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This UNCG professor has many different titles: professor, dean — and knight

This UNCG professor has many different titles: professor, dean — and knight

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GREENSBORO — Omar Ali has many different titles at UNCG.

Students call him "Professor" or "Doctor" or sometimes "Mister." He also goes by "Dean" because he leads the university's honors college.

Ali just added a new title to this list: Knight.

The French government recently appointed Ali to be a knight in the Order of the Academic Palms — or chevalier dans l’Ordre des Palmes Académiques in French — for his ongoing work with French schools around the world. UNCG believes Ali is the only one of its professors ever to have received French knighthood.

"It was totally unexpected," Ali, a professor of global African diaspora history, said in an interview this week. "I had no idea."

Ali's association with both France and the larger world dates to his childhood. He grew up speaking English and Spanish at home. His father, a civil and structural engineer, was from India. His mother is a native of Peru.

Ali spoke French during his early years in school. He started his schooling in Algeria, the former French colony in northern Africa, then later attended a French school in California. When Ali's family moved to Saudi Arabia for his father's work, Ali got to travel all over the world — to Europe, Asia, the Middle East and points in between.

Ali graduated from high school in California, where his parents met and his father's job was based, then attended college in London and worked briefly for the United Nations.

"I was always thinking ... globally because of my family and my research and training and my travels," Ali said.

While getting his doctorate in history from Columbia University in New York, Ali got a summer job grading Advanced Placement exams in world history. That led to other roles with more responsibility at the College Board, which oversees the AP tests.

In 2014, four years after Ali joined the UNCG faculty, his work at the university and with the College Board caught the eye of the French Ministry of Education. Ali — a world historian, a fluent French speaker and a product of French schools — was recruited to be Inspecteur Délégué of History-Geography for the International Option Baccalaureate. This program blends the French national curriculum with a country's own educational system to create a bilingual and bicultural college-prep program taught at French schools (called lycées Français) and French-American schools around the world.

As inspecteur — another title — Ali oversees the history and geography curricula, teaching and exams at schools that use International Option Baccalaureate. He works with about 140 teachers in the United States, Canada, the Middle East, Far East, Africa and Europe.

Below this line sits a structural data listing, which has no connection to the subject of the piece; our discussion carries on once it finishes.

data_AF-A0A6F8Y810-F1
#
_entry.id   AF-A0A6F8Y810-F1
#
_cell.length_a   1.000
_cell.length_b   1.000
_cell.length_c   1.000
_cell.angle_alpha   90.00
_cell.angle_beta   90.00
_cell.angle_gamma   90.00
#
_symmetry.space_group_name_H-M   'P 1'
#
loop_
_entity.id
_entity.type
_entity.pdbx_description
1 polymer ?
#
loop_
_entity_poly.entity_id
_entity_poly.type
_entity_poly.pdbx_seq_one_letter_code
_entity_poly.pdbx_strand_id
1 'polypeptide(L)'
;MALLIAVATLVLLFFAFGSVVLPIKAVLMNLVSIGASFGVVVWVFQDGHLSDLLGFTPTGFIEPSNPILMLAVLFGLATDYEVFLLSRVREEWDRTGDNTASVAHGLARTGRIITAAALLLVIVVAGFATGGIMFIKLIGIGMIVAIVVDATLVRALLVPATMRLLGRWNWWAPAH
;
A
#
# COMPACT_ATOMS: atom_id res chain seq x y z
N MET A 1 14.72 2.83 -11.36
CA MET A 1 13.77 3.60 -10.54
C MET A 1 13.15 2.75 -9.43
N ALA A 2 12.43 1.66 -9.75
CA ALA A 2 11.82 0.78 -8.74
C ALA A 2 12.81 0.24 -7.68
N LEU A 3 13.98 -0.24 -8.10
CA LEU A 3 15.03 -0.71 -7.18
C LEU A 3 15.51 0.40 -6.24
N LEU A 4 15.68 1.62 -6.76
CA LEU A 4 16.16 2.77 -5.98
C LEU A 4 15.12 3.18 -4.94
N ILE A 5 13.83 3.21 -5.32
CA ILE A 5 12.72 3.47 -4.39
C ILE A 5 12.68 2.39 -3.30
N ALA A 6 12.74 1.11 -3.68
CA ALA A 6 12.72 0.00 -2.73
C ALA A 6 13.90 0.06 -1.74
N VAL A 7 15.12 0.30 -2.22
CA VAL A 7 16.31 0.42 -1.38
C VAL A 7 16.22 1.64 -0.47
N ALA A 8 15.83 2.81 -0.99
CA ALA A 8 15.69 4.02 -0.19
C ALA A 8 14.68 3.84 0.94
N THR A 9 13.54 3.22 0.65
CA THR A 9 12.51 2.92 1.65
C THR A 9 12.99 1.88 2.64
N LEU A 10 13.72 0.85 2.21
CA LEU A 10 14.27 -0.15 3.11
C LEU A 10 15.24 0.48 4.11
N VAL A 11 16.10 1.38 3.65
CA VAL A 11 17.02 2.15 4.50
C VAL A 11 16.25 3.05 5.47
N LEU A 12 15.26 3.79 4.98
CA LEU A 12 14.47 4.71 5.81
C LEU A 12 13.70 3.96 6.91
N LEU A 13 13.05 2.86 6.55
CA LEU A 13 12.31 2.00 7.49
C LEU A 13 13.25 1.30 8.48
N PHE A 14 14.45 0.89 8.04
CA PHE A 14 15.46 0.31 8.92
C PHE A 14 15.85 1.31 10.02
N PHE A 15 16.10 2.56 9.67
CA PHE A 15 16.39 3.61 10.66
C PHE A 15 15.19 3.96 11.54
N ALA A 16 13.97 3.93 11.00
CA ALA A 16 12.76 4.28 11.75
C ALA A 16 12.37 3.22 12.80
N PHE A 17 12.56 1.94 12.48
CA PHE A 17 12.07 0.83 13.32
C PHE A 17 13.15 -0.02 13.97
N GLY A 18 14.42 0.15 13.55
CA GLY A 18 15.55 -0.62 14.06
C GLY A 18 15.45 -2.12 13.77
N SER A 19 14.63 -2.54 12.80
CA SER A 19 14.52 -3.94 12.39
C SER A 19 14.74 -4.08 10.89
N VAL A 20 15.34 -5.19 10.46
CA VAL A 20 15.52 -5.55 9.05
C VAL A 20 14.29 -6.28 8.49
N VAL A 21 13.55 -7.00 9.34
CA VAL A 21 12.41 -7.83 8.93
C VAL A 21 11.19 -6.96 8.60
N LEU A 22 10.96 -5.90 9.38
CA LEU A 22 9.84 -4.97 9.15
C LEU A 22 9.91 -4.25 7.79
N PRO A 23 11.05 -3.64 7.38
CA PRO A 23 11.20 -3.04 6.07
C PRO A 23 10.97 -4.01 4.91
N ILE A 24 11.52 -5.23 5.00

"It's about building relationships ..." Ali said. "A lot of it is diplomatic work."

The French government apparently appreciates the work Ali has done. As Philippe Étienne, France's ambassador to the United States, wrote in a letter to Ali informing him of the award: "This honor reflects the French authorities' gratitude for your efforts to promote language and culture in the United States."

Ali now belongs to the Order of Academic Palms, which was established by Emperor Napoleon I in 1808. The order recognizes French and non-French citizens who make major contributions to French education and culture. Ali eventually will receive a medal of silver palms with a purple ribbon, but the COVID-19 pandemic has delayed this official recognition.

Ali said the honor underscores the work he has done to foster international cooperation and build community at French schools worldwide. But Ali said he is most satisfied by the international experiences and connections he has brought back to Greensboro to help UNCG students.

At UNCG, Ali is dean of Lloyd International Honors College, where some of the university's top students are expected to travel abroad and learn a second language. He developed a UNCG history course on how Greensboro's past and present are connected to the world beyond the nation's borders. And in a full-circle kind of way, one of Ali's former students is the diversity and inclusion director at the French-American school in San Francisco.

"Honors and awards are only valuable to the extent that they can help uplift and shine a light on other people's brilliance," Ali said. "I try to use these blessings and these honors to uplift others."

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